7th grade – ‘Seattle from the ground up’ – study the community.  Examine the whole area that is Seattle, cover geography, geology, tectonics (Seattle is in earthquake territory), forces that shape the earth, forces that shape the community.  They study governance law, constitutional law.  One of their projects is to do a mock trial at the court house down town.  Finally, they look into the future.  Their final year assignment is ‘One month to change the world’ and what they propose has to last beyond the assignment.

8th grade – ‘The world and beyond’ – the sub-theme is to prepare them for graduation to high school.  They start with an aviation theme.  Applying ‘meaning before detail’ means they start with ground school, weather school and flight school.  Every 8th grader does 2 flights in a 4-seater plane – one as co-pilot (get to do take-off, missed approach, and landing), and one as a cartographer in preparation for their mapping project.  When they get back to school, one of the labs has been built as a hangar and they build a full size kit plane (the kit was donated).  They do everything – the flight systems, physics, all the algebra that’s required for avionics, and they end up with a full size plane hanging out in the 8th grade lab.  Amazing!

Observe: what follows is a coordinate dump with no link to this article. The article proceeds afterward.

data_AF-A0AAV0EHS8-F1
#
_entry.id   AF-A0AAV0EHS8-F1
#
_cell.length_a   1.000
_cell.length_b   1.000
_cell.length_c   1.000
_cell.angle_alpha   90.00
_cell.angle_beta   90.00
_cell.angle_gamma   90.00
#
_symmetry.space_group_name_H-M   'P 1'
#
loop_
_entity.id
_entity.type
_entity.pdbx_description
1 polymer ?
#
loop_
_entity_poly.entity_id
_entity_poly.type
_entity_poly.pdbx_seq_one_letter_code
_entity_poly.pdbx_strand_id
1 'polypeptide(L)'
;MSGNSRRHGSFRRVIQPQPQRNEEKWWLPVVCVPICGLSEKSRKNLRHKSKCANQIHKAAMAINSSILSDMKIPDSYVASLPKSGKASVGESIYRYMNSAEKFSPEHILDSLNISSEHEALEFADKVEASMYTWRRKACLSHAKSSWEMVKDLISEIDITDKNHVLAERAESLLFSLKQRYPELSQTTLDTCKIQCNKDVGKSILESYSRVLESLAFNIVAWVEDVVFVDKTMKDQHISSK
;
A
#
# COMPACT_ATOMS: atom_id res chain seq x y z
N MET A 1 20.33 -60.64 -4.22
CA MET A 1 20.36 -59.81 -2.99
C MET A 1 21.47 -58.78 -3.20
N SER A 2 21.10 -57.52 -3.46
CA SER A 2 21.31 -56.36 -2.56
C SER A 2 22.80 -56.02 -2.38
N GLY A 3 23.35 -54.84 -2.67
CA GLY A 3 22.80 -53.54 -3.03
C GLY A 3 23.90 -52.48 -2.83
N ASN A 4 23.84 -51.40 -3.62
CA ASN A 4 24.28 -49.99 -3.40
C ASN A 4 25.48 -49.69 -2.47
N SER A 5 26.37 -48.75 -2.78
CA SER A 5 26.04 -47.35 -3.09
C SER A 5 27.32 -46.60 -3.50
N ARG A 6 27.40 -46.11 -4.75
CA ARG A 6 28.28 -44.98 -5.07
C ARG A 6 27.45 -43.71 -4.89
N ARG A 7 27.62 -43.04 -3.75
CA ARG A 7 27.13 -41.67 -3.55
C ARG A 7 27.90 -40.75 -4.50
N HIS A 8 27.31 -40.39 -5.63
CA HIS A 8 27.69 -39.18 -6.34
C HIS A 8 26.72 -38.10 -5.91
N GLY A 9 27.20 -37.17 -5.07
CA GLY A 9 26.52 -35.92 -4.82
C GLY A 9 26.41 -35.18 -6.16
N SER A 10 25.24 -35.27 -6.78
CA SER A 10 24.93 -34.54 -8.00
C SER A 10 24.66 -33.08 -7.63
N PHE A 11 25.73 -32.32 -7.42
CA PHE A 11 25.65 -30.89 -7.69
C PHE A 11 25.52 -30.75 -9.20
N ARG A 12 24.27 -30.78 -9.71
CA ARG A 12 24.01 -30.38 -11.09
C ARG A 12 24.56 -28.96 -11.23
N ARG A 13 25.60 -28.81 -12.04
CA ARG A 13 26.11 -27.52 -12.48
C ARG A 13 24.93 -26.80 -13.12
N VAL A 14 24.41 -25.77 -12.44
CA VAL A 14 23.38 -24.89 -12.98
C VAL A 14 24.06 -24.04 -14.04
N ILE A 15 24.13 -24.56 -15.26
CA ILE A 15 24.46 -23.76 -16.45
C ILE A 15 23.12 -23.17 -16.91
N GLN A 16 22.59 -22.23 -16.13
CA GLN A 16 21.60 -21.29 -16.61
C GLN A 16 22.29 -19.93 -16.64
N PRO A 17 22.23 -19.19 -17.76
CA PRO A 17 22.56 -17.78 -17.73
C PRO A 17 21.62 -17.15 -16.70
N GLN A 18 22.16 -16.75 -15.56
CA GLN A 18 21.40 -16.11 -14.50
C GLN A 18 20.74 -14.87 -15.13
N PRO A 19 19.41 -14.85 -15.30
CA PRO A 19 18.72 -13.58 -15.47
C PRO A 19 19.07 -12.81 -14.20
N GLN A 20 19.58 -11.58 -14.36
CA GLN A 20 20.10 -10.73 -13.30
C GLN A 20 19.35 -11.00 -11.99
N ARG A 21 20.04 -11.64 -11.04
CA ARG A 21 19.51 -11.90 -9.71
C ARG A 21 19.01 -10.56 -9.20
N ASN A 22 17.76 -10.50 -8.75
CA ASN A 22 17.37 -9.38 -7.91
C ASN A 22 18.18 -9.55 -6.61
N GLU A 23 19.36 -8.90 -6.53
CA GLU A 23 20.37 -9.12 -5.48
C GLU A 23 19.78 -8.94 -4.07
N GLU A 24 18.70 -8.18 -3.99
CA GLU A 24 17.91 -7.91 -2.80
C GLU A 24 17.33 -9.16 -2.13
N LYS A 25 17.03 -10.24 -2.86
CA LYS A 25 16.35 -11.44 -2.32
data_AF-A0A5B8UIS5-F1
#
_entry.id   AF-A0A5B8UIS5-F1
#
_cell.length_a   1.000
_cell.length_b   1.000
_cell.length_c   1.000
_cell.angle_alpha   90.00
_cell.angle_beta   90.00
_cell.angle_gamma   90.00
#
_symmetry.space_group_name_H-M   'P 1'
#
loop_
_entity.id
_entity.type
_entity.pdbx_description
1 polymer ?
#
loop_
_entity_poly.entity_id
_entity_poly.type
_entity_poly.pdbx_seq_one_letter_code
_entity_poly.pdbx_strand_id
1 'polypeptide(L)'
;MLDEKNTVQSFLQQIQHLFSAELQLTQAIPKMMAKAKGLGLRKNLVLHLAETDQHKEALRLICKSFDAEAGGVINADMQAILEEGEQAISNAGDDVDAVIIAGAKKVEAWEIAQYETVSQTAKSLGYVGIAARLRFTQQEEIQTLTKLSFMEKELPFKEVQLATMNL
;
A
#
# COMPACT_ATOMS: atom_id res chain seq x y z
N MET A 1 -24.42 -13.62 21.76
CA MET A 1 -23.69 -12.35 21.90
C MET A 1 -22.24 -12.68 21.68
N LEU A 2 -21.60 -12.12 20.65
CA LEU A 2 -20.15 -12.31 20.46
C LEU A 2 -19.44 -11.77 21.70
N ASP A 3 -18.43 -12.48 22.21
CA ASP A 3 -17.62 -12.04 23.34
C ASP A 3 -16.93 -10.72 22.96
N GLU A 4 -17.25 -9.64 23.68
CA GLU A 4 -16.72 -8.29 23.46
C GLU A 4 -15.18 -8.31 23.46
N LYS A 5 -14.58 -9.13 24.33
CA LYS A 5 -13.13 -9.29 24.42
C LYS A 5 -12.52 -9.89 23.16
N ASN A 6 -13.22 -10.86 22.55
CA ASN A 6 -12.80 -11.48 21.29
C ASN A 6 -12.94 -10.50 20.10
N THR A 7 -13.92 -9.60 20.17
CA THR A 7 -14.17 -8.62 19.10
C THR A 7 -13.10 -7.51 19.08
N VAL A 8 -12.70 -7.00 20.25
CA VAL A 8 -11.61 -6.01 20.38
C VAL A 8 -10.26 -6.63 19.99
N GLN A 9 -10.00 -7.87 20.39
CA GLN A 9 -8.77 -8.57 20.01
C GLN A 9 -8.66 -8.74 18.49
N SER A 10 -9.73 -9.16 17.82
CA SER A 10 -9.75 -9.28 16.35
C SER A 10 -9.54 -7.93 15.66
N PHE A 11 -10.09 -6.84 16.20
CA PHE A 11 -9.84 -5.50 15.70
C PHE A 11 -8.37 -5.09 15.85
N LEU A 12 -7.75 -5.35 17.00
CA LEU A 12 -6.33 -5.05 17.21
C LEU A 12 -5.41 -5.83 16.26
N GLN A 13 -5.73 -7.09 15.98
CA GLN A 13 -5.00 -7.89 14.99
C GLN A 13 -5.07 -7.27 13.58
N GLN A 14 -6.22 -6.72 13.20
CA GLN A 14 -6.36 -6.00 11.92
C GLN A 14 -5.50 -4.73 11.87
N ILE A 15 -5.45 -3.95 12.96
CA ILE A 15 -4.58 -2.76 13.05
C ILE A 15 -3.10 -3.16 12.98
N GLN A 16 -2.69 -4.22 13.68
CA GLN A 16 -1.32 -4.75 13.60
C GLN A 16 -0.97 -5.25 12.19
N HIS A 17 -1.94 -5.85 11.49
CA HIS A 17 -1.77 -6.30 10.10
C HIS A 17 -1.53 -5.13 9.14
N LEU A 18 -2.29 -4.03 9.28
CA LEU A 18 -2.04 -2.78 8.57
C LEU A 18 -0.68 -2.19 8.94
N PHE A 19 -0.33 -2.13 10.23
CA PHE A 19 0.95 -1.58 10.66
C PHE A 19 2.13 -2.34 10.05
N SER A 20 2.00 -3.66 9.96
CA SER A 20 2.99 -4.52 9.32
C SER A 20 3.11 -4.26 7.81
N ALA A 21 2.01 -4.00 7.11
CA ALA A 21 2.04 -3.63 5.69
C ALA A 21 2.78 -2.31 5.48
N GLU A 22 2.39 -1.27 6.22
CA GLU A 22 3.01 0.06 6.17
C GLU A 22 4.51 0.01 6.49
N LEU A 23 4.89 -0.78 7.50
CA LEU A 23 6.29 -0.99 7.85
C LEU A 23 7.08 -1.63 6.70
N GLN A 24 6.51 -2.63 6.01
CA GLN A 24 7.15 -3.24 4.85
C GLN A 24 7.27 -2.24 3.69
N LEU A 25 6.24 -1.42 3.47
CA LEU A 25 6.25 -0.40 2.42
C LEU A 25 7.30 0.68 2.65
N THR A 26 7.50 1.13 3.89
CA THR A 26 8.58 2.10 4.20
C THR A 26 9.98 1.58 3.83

Back to meaning before detail – they flew first and then they came back into the lab to study, and it all made sense.  What they were studying connected to what they were doing because they had experienced what it means to fly.  Now that’s real-world application of what you’ve learnt.

Rule #2: Every brain is different

There are lots of kids who are told they are ‘learning-disabled’.  Marja challenges that diagnosis.  Every brain is different.  Sure there are some ‘syndromes’ that can be identified, but a dyslexic child gets told they are different to ‘everyone else’ – these kids get the impression that their brain is broken.  It affects their perception about what they can achieve.

Think of the brain as like a roadmap – we all have the same high ways and major junctions, but those little side roads, they are all different… All the stuff about learning styles – kinaesthetic, visual, linear-sequential etc. – it’s not about style, it’s simply how your brain routes information, what works for you.

When you have 30 children in a classroom, you have 30 different brains with 30 different routing preferences, and then there’s the teacher’s brain as well.  As the teacher, you have to be working on a lot of different levels, and teaching in a lot of different modalities to engage all of those brains, and every one of those brains has something to offer.